The latest 4.0 version of Timescape has also seen some new additions. An xLOUD option in the sound settings menu boosts the volume of the speaker, while pinching the home screen zooms out to show all your current widgets, and shaking the phone makes them float in all directions. The volume boost is a nice idea but we found ring tones sounded distorted when it was switched on. The widget feature is ultimately a gimmick more than anything else, as is the 'TV off' animation you get when you lock the screen. However, we can't help but love the latter as it mimics an old CRT television.
The Sony Ericsson XPERIA Arc is also the first XPERIA-branded phone to include pre-loaded apps for Sony's Music Unlimited and Video Unlimited services. Music Unlimited is a subscription service with a library of over 10 million tracks, while Video Unlimited is a video rental service with around 9000 movies available to buy or rent. The latter is only accessible through Sony Ericsson Android phones, while Music Unlimited can be used on any Android phone.
The most disappointing aspect of the XPERIA Ray is its cramped on-screen keyboard. By default, the keyboard is set to an alphanumeric phone pad rather than a full keyboard due to the small display. You can easily revert to the full QWERTY keyboard, but it's only really useable if you turn the phone sideways in landscape mode — the keys are just too small to use efficiently in portrait mode.
Sony Ericsson XPERIA Ray: Other features and performance
The Sony Ericsson XPERIA Ray has an 8.1-megapixel camera with an Exmor R image sensor, promising the capture of high quality photos and 720p HD videos even in low light conditions. There is also a front-facing VGA camera for video calls. The XPERIA Ray performed slightly better in low light than most other phone cameras, but it still won't replace a stand alone digital camera for night-time photography.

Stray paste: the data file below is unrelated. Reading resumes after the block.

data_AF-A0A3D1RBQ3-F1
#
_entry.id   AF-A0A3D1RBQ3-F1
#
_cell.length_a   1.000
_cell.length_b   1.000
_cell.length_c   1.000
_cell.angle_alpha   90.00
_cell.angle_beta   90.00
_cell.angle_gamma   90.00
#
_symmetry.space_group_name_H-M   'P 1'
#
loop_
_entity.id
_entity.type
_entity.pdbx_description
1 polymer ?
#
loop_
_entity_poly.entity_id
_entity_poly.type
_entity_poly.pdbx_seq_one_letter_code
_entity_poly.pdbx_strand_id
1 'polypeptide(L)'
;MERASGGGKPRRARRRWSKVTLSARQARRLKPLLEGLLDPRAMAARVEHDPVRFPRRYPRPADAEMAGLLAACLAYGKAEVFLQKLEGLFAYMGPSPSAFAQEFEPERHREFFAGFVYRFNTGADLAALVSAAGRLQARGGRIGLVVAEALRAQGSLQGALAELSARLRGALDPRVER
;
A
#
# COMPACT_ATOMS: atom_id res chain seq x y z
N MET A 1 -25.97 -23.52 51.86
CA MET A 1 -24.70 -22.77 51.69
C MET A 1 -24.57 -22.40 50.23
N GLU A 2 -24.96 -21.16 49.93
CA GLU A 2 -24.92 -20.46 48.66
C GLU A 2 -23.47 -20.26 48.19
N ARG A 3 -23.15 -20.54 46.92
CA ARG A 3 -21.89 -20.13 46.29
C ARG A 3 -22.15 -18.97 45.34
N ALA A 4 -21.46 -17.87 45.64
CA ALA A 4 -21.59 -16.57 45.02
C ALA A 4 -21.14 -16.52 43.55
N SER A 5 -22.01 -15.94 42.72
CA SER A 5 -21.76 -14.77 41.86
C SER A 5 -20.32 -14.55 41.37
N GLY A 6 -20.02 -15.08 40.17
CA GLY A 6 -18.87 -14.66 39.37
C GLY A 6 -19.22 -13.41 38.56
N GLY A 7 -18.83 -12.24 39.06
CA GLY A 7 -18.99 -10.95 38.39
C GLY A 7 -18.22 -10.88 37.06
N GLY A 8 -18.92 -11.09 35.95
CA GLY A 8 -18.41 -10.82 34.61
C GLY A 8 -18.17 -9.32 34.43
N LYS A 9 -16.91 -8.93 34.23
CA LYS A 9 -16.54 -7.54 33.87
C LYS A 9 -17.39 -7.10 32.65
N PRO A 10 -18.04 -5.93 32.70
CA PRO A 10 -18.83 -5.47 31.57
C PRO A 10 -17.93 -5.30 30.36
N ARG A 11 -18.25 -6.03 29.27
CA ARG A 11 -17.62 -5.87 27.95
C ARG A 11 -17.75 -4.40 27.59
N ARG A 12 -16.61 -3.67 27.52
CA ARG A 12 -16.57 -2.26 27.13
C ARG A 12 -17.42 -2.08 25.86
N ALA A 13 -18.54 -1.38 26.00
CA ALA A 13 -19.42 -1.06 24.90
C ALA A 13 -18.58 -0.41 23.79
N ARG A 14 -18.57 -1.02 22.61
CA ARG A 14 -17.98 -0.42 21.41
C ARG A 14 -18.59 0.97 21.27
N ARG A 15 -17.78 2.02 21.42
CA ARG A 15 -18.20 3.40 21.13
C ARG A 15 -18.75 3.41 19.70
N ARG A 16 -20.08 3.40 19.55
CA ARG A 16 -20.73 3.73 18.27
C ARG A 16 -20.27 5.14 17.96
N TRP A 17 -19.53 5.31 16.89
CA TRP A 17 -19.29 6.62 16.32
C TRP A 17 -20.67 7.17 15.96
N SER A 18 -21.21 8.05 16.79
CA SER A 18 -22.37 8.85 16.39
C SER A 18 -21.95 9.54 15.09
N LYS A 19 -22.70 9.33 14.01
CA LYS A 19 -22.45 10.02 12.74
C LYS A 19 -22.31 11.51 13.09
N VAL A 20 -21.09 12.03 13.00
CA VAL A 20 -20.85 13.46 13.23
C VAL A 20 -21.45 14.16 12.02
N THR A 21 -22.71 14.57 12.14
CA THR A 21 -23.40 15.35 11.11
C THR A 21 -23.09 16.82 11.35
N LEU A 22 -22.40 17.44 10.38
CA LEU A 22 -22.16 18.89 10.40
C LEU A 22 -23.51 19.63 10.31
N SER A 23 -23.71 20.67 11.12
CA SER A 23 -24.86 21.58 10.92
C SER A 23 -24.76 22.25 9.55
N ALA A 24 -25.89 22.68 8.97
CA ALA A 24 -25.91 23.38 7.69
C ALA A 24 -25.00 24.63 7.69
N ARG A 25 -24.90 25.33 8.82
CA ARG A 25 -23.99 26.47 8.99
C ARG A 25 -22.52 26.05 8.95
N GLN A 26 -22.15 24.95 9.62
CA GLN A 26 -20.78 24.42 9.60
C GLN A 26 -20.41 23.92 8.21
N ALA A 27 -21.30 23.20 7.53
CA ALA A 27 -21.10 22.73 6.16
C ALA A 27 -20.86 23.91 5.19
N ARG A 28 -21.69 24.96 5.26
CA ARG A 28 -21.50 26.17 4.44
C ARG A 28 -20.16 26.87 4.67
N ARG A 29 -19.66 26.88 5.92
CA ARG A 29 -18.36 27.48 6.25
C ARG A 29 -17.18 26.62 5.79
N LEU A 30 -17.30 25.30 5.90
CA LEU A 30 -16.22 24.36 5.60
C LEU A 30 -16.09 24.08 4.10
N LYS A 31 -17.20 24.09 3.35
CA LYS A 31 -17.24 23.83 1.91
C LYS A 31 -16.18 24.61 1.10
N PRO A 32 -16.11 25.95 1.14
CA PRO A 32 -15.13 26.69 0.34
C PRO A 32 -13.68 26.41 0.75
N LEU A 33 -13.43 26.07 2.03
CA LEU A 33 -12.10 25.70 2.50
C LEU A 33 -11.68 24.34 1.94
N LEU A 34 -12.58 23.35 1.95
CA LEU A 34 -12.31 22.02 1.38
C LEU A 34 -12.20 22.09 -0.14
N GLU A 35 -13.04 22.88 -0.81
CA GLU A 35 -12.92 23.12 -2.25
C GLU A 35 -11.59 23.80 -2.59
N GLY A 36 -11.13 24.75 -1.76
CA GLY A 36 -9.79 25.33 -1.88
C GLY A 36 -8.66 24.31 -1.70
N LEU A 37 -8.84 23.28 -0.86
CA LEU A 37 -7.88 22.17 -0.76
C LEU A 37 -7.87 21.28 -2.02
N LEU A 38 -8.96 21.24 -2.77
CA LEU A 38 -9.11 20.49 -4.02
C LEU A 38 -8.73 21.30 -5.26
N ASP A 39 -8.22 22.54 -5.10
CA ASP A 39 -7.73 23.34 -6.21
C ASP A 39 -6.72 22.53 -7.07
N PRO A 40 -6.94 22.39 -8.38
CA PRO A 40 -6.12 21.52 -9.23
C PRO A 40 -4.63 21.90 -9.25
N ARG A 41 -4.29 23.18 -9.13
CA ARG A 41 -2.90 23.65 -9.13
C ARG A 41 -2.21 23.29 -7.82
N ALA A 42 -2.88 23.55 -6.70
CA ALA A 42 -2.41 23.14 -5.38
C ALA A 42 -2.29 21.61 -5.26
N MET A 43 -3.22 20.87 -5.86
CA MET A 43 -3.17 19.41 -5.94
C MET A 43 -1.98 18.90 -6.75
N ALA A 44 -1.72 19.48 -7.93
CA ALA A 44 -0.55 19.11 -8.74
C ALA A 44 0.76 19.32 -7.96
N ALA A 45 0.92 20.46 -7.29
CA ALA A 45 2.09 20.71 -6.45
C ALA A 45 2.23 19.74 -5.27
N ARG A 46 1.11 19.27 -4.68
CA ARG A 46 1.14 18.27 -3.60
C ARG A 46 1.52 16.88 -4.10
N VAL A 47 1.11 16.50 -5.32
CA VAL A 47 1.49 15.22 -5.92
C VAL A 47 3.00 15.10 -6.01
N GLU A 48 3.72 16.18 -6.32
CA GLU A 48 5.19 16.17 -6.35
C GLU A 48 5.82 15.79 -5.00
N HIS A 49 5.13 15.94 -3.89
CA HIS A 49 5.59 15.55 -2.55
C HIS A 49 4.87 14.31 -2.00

The XPERIA Ray captures photos with excellent levels of detail, good colour reproduction and records great quality 720p HD video (with continuous autofocus a nice feature). However, its LED flash doesn't work as a flash but rather a photo light that remains on the whole time, and the lack of a dedicated, physical camera button is a downside. Thankfully, the camera interface allows you to tap anywhere on the screen to capture a photo. Another slight annoyance is the fact that the camera lens is impractically positioned to the left when held in landscape mode. This means it's easily covered by your hand when you hold the phone to take a photo.
The Sony Ericsson XPERIA Ray lacks a HDMI-out connection that comes standard on the XPERIA Arc. This would have allowed the Ray to be connected to a high definition television to view multimedia content.
The Sony Ericsson XPERIA Ray is powered by a single-core 1GHz processor, and has 512MB of RAM. Though these aren't top of the line specifications, the XPERIA Ray felt responsive and speedy throughout testing. The Ray also has 1GB of internal memory, but only a paltry 300MB is available for user use. Thankfully there is a microSD card slot for extra storage, and Sony Ericsson includes a 4GB card in the sales package.
Disappointingly, the Sony Ericsson XPERIA Ray has average battery life. You will definitely get a full day of life out of the 1500mAh battery before it needs a recharge, but considering the Ray's smaller screen, we expected a better result.
The Sony Ericsson XPERIA Ray Android phone will be sold exclusively through Vodafone in Australia for three months from 28 September. Full details on XPERIA Ray pricing and plans here.